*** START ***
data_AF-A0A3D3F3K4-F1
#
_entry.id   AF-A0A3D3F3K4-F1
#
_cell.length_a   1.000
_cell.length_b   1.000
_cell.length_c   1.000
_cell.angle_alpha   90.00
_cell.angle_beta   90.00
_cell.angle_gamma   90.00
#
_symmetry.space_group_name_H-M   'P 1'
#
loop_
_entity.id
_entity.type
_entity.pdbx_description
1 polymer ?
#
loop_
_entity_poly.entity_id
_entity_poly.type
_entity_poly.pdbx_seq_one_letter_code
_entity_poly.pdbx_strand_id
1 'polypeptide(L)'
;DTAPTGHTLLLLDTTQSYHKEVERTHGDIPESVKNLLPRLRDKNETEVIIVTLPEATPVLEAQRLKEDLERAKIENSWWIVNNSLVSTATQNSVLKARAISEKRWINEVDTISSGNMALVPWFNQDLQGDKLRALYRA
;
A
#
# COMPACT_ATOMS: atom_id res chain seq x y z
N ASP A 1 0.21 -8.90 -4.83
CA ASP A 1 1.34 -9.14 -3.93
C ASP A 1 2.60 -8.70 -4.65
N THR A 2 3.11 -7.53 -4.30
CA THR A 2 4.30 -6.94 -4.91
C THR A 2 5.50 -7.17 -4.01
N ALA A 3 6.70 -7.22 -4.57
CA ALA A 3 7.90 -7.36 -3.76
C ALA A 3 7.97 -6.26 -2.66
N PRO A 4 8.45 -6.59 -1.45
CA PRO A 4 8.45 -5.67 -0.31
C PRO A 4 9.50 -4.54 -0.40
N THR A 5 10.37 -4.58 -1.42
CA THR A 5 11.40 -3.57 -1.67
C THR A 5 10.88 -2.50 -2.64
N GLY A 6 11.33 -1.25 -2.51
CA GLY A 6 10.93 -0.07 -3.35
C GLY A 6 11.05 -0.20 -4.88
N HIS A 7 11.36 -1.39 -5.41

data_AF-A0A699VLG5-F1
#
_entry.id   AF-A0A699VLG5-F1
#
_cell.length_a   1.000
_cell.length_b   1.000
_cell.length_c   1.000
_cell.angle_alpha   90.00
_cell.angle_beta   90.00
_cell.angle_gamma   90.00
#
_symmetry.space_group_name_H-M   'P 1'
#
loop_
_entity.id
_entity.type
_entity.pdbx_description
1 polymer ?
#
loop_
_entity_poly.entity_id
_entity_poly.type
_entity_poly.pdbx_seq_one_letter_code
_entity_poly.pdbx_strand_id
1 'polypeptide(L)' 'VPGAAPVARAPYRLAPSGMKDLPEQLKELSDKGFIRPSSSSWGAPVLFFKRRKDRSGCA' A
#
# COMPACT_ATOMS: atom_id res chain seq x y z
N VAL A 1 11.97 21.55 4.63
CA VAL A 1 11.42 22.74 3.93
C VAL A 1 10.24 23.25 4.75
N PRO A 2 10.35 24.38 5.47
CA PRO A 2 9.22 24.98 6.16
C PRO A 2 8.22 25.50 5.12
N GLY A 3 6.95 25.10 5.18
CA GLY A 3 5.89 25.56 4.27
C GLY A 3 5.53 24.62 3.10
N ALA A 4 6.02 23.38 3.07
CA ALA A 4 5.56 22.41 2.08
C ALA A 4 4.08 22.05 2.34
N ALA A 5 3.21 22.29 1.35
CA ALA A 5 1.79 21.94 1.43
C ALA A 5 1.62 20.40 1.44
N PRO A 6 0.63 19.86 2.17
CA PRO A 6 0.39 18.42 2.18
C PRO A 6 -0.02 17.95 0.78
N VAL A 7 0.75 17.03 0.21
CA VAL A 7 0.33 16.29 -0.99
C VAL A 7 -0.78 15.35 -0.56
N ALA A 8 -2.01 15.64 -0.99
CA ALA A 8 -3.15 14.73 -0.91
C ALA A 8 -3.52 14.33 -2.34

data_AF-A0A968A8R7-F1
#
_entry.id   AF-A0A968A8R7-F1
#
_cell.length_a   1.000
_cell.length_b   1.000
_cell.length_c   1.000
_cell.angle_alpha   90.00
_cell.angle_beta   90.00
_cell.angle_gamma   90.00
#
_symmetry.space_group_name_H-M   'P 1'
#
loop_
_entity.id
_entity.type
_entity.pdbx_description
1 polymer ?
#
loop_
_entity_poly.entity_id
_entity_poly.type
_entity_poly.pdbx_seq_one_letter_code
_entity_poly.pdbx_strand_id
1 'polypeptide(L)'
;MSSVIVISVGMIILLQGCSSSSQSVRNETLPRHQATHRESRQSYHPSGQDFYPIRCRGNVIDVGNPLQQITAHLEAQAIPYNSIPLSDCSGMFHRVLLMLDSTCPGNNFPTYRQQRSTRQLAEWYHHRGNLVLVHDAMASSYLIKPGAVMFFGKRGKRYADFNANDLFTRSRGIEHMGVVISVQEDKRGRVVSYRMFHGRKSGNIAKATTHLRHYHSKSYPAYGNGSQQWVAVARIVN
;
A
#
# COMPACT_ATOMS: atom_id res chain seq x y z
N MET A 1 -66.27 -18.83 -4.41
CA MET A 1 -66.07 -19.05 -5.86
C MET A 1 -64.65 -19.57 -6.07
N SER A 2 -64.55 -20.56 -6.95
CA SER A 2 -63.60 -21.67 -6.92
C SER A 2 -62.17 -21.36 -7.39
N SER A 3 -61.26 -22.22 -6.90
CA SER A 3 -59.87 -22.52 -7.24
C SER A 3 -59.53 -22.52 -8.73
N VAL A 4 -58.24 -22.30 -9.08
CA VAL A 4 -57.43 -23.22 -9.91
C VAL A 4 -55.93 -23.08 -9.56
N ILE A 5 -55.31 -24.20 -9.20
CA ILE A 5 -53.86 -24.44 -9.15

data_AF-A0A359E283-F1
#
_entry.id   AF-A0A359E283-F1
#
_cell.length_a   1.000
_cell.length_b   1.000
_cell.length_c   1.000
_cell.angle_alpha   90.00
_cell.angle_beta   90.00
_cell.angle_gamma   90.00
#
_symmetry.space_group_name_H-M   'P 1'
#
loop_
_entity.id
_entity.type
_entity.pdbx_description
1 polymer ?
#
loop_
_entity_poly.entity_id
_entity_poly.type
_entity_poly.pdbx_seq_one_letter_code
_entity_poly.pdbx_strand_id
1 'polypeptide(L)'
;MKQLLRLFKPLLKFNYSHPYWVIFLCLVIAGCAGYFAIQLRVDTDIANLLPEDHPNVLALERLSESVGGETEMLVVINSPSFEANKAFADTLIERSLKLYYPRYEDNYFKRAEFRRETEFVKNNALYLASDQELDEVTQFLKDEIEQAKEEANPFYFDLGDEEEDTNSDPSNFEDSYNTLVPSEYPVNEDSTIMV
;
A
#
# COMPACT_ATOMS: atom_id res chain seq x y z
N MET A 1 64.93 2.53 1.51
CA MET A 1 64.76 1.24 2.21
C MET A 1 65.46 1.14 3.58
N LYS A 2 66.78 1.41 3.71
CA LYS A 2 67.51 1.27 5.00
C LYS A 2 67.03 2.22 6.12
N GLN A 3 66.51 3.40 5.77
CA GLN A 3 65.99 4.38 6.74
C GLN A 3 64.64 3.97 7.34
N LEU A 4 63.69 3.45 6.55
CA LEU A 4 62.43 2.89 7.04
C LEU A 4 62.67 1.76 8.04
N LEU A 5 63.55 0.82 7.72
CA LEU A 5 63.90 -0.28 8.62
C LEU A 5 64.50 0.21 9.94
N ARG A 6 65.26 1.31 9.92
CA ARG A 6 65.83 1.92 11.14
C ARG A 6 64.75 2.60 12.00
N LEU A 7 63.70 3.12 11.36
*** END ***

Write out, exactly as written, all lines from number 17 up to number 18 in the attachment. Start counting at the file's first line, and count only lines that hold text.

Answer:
_entity.pdbx_description
1 polymer ?